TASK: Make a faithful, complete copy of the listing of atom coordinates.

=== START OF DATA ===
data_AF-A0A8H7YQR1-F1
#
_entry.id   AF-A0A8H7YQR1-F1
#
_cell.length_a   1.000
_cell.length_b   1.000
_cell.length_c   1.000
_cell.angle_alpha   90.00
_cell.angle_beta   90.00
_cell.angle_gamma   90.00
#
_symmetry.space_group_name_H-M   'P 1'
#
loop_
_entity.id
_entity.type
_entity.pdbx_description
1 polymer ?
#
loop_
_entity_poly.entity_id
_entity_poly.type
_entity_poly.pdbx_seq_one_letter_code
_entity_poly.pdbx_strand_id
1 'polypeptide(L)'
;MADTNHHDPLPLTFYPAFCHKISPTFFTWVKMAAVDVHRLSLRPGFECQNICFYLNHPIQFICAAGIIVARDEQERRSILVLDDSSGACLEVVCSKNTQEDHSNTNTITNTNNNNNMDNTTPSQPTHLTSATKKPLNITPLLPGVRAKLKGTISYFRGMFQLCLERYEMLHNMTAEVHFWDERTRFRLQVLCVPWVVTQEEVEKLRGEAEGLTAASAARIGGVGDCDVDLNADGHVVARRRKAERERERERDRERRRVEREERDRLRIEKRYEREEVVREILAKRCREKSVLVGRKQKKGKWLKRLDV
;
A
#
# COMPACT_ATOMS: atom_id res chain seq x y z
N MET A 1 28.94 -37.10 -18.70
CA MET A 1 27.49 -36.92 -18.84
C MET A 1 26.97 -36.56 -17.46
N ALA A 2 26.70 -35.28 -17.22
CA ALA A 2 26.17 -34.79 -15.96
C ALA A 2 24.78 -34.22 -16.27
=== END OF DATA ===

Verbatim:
data_AF-A0A8H7YQR1-F1
#
_entry.id   AF-A0A8H7YQR1-F1
#
_cell.length_a   1.000
_cell.length_b   1.000
_cell.length_c   1.000
_cell.angle_alpha   90.00
_cell.angle_beta   90.00
_cell.angle_gamma   90.00
#
_symmetry.space_group_name_H-M   'P 1'
#
loop_
_entity.id
_entity.type
_entity.pdbx_description
1 polymer ?
#
loop_
_entity_poly.entity_id
_entity_poly.type
_entity_poly.pdbx_seq_one_letter_code
_entity_poly.pdbx_strand_id
1 'polypeptide(L)'
;MADTNHHDPLPLTFYPAFCHKISPTFFTWVKMAAVDVHRLSLRPGFECQNICFYLNHPIQFICAAGIIVARDEQERRSILVLDDSSGACLEVVCSKNTQEDHSNTNTITNTNNNNNMDNTTPSQPTHLTSATKKPLNITPLLPGVRAKLKGTISYFRGMFQLCLERYEMLHNMTAEVHFWDERTRFRLQVLCVPWVVTQEEVEKLRGEAEGLTAASAARIGGVGDCDVDLNADGHVVARRRKAERERERERDRERRRVEREERDRLRIEKRYEREEVVREILAKRCREKSVLVGRKQKKGKWLKRLDV
;
A
#
# COMPACT_ATOMS: atom_id res chain seq x y z
N MET A 1 28.94 -37.10 -18.70
CA MET A 1 27.49 -36.92 -18.84
C MET A 1 26.97 -36.56 -17.46
N ALA A 2 26.70 -35.28 -17.22
CA ALA A 2 26.17 -34.79 -15.96
C ALA A 2 24.78 -34.22 -16.27